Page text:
I can "bank" in the neighborhood of $100 a month on her, and that will satisfy me for the present (principally because the other youngsters are sucking their fingers.) Bless me! what a pleasure there is in revenge! and what vast respect Prosperity commands! Why, six months ago, I could enter the "Rooms," and receive only a customary fraternal greeting--but now they say, "Why, how are you, old fellow--when did you get in?"

And the young pilots who used to tell me, patronizingly, that I could never learn the river cannot keep from showing a little of their chagrin at seeing me so far ahead of them. Permit me to "blow my horn," for I derive a living pleasure from these things, and I must confess that when I go to pay my dues, I rather like to let the d---d rascals get a glimpse of a hundred dollar bill peeping out from amongst notes of smaller dimensions, whose face I do not exhibit! You will despise this egotism, but I tell you there is a "stern joy" in it.....

Pilots did not remain long on one boat, as a rule; just why it is not so easy to understand. Perhaps they liked the experience of change; perhaps both captain and pilot liked the pursuit of the ideal. In the light- hearted letter that follows--written to a friend of the family, formerly of Hannibal--we get something of the uncertainty of the pilot's engagements.

To Mrs. Elizabeth W. Smith, in Jackson, Cape Girardeau County, Mo.:

ST. Louis, Oct. 31 [probably 1859]. DEAR AUNT BETSEY,--Ma has not written you, because she did not know when I would get started down the river again.....

You see, Aunt Betsey, I made but one trip on the packet after you left, and then concluded to remain at home awhile. I have just discovered this morning that I am to go to New Orleans on the "Col. Chambers"--fine, light-draught, swift-running passenger steamer--all modern accommodations and improvements--through with dispatch--for freight or passage apply on board, or to--but--I have forgotten the agent's name--however, it makes no difference--and as I was saying, or had intended to say, Aunt Betsey, probably, if you are ready to come up, you had better take the "Ben Lewis," the best boat in the packet line. She will be at Cape Girardeau at noon on Saturday (day after tomorrow,) and will reach here at breakfast time, Sunday. If Mr. Hamilton is chief clerk,--very well, I am slightly acquainted with him. And if Messrs. Carter Gray and Dean Somebody (I have forgotten his other name,) are in the pilot-house--very well again-I am acquainted with them. Just tell Mr. Gray, Aunt Betsey-- that I wish him to place himself at your command.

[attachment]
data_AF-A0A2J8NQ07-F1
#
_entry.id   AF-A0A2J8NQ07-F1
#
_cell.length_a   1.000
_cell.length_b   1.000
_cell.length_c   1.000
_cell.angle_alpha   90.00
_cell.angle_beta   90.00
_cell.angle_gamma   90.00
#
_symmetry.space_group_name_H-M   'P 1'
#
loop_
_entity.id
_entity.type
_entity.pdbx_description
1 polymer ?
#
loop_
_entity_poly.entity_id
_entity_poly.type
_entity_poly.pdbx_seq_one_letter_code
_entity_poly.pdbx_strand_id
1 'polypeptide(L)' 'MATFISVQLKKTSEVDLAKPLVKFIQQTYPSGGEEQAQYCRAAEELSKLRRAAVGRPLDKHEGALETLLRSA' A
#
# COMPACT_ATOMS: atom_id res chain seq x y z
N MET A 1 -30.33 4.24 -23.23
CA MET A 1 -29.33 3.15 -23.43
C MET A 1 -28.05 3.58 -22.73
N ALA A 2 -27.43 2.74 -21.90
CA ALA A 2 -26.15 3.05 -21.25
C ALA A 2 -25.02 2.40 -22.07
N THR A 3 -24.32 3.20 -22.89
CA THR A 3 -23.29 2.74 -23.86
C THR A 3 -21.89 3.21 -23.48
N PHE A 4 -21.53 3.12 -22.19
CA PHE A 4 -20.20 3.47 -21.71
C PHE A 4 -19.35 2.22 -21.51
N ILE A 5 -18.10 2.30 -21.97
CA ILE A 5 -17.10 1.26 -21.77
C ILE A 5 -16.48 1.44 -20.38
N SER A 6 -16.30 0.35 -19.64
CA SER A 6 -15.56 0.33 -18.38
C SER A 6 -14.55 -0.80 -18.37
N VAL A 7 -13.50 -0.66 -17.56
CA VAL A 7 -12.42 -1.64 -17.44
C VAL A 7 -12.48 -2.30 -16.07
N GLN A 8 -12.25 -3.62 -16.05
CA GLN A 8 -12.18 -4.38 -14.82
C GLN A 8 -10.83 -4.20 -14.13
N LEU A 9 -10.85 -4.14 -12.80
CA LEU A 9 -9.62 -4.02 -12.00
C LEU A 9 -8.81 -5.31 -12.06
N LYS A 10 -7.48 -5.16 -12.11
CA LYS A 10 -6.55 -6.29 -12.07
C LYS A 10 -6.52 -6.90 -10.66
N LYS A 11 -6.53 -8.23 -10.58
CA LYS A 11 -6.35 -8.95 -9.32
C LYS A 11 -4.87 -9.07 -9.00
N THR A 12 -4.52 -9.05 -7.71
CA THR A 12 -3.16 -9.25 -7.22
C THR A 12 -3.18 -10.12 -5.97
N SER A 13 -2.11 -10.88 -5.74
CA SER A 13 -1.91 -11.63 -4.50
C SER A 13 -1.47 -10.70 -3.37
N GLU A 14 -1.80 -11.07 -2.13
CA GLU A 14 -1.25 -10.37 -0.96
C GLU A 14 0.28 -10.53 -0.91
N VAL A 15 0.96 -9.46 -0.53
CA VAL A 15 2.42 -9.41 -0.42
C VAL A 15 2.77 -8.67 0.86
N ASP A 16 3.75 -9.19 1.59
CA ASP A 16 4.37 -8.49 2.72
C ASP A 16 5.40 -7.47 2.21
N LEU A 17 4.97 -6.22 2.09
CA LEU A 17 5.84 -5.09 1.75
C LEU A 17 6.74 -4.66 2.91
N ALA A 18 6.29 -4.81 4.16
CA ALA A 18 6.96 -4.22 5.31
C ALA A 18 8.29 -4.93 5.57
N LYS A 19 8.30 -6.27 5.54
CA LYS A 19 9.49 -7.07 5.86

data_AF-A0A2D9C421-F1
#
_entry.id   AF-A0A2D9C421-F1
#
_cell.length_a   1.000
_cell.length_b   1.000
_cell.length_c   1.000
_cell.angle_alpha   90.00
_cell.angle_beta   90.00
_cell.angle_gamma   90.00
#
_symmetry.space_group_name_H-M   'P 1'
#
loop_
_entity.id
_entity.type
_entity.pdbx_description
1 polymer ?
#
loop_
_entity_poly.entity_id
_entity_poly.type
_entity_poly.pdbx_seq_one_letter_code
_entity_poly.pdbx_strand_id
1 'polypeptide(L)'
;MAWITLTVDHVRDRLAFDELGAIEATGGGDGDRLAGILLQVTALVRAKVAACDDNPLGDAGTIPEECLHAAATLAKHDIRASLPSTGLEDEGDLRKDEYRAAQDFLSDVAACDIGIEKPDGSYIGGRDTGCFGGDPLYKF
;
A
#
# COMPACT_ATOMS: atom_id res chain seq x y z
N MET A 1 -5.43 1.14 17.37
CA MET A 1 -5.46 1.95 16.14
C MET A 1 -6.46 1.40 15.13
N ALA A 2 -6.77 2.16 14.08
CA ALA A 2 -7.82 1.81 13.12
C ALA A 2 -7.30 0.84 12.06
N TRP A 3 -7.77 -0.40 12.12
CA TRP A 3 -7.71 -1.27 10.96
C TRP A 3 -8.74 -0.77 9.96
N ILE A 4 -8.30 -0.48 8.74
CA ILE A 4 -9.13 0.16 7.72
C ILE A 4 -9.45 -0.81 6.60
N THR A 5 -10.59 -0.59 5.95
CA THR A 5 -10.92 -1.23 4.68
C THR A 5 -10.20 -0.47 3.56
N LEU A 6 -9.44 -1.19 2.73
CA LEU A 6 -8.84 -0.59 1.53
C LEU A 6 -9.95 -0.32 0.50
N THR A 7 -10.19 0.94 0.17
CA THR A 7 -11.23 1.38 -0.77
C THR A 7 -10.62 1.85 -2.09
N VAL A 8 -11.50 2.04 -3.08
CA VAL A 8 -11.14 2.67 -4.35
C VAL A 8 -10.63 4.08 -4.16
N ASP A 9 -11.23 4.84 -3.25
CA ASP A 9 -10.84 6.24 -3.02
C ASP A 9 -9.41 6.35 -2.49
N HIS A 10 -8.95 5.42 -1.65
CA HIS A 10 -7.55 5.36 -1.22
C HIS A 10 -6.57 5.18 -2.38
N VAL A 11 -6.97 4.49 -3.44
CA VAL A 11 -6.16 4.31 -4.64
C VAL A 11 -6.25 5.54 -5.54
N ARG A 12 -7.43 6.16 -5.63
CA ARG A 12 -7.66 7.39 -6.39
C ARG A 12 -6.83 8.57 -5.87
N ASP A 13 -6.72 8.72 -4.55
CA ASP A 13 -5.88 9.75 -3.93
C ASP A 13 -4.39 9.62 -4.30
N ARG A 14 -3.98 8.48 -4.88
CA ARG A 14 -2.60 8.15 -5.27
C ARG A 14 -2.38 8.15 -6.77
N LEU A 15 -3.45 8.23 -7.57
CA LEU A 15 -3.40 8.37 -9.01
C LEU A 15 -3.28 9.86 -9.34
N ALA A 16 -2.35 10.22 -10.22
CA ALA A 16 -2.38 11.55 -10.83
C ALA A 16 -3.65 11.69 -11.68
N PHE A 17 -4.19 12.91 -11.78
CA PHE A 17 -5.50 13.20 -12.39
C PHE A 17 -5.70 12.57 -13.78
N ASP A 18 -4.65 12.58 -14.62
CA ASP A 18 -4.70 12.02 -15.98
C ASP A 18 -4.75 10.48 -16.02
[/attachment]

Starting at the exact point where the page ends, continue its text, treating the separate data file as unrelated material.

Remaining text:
All the family are well--except myself--I am in a bad way again--disease, Love, in its most malignant form. Hopes are entertained of my recovery, however. At the dinner table--excellent symptom--I am still as "terrible as an army with banners."

Aunt Betsey--the wickedness of this world--but I haven't time to moralize this morning. Goodbye SAM CLEMENS.

As we do not hear of this "attack" again, the recovery was probably prompt. His letters are not frequent enough for us to keep track of his boats, but we know that he was associated with Bixby from time to time, and now and again with one of the Bowen boys, his old Hannibal schoolmates. He was reveling in the river life, the ease and distinction and romance of it. No other life would ever suit him as well. He was at the age to enjoy just what it brought him --at the airy, golden, overweening age of youth.

To Orion Clemens, in Keokuk, Iowa:

ST. LOUIS, Mch. 1860. MY DEAR BRO.,--Your last has just come to hand. It reminds me strongly of Tom Hood's letters to his family, (which I have been reading lately). But yours only remind me of his, for although there is a striking likeness, your humour is much finer than his, and far better expressed. Tom Hood's wit, (in his letters) has a savor of labor about it which is very disagreeable.

Mark Twain
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